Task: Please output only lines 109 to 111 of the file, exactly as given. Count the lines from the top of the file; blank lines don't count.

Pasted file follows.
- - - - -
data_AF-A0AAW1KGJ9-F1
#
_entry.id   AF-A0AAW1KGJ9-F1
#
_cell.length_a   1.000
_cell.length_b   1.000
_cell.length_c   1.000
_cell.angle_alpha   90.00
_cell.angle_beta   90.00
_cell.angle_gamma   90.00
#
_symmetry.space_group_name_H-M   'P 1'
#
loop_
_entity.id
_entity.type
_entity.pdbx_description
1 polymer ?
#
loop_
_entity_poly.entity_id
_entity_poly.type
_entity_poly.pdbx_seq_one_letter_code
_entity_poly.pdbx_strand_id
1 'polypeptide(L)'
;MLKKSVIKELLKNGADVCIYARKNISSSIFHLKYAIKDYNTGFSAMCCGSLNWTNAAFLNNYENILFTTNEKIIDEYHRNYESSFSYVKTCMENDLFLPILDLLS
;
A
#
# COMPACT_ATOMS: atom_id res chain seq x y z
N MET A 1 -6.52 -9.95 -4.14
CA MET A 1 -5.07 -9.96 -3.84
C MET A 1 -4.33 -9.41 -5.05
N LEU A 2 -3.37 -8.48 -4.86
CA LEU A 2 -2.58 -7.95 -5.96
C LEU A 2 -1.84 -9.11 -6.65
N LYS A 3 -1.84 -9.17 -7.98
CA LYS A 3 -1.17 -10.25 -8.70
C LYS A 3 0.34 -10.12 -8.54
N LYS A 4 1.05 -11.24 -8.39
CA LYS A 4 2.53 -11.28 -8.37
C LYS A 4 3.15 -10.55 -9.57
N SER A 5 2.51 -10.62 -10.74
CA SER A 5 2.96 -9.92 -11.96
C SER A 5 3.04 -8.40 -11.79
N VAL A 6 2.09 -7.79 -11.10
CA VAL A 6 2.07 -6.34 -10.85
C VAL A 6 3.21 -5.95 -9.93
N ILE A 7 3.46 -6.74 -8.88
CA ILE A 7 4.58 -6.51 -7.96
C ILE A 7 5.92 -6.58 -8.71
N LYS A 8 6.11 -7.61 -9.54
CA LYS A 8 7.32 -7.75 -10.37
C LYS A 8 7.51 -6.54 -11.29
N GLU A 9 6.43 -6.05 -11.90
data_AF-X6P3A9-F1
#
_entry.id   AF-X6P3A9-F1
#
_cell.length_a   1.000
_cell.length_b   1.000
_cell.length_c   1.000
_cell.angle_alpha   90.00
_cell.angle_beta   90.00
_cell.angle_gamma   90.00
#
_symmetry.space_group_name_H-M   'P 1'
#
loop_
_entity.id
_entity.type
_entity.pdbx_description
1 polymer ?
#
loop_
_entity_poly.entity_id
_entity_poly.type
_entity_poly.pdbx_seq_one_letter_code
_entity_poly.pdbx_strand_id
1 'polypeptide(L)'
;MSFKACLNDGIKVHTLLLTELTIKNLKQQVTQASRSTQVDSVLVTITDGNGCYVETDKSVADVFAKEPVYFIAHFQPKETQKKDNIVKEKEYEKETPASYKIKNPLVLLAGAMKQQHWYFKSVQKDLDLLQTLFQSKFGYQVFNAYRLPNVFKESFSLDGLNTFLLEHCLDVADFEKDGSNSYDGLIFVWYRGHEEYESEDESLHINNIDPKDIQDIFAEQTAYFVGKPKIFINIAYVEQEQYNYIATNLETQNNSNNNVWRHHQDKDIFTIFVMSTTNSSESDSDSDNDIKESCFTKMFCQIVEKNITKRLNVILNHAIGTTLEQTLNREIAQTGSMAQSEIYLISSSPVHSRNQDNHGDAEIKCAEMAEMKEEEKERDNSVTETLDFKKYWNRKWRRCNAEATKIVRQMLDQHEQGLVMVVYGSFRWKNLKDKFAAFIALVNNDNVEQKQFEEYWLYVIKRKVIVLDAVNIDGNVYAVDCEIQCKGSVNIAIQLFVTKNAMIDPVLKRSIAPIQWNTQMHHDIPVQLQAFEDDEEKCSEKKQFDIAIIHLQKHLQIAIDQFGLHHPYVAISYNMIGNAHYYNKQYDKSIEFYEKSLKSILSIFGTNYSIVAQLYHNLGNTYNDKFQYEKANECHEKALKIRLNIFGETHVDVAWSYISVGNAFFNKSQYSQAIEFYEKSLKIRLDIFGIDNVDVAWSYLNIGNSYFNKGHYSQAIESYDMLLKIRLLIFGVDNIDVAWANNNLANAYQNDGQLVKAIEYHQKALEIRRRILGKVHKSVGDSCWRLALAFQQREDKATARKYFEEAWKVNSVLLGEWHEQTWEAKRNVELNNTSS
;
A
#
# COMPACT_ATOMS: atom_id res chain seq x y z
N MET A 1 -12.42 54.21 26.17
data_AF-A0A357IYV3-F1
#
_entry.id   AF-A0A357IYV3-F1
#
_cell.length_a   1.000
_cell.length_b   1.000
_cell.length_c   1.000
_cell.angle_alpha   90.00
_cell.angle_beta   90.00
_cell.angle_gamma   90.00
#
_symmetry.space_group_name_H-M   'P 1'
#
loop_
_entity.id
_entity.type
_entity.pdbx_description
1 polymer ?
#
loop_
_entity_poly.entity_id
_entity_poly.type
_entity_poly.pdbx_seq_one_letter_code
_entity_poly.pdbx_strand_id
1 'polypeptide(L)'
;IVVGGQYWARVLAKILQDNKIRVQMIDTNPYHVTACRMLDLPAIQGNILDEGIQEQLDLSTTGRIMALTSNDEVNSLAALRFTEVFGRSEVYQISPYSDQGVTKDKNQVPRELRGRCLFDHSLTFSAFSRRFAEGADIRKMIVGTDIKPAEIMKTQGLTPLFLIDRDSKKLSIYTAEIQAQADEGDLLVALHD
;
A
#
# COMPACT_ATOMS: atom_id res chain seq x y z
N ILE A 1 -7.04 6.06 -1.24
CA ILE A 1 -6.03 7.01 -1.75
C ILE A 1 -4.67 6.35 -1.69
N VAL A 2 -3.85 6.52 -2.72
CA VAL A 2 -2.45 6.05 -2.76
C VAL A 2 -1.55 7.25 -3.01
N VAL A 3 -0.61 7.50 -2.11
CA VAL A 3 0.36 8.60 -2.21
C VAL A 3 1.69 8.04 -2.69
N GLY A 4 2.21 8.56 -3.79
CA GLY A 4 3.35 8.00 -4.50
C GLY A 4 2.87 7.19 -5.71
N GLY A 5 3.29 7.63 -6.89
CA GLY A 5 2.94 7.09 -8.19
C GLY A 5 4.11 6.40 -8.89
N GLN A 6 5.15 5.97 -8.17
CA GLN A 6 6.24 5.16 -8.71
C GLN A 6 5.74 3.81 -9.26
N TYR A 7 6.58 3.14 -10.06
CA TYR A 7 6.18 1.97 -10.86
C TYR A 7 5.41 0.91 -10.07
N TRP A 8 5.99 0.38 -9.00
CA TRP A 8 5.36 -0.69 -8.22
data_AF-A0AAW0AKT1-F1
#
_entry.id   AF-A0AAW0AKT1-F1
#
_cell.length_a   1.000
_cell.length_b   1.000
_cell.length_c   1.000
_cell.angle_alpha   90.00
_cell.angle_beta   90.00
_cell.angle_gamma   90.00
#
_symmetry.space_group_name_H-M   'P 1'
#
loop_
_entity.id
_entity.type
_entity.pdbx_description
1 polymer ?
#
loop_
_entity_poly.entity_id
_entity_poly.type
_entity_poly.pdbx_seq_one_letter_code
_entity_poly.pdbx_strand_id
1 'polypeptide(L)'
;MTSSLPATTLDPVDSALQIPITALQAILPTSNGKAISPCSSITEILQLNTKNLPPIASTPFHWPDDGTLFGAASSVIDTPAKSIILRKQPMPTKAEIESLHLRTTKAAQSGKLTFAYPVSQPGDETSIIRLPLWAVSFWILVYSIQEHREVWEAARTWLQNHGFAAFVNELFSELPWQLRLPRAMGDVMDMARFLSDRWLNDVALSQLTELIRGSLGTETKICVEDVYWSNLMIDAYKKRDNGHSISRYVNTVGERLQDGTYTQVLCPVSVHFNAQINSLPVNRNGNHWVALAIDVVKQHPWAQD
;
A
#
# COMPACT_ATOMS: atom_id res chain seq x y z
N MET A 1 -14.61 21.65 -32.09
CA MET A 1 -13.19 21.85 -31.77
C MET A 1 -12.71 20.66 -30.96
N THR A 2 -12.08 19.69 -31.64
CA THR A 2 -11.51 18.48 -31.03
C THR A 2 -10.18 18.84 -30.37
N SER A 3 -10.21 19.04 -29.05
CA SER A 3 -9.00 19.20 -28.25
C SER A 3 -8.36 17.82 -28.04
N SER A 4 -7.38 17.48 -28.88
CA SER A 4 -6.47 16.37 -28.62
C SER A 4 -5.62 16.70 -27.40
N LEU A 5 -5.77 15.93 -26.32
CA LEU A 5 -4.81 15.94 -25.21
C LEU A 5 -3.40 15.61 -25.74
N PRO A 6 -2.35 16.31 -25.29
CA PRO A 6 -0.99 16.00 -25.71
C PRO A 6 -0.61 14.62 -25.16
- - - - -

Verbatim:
_entity_poly.pdbx_seq_one_letter_code
_entity_poly.pdbx_strand_id
1 'polypeptide(L)'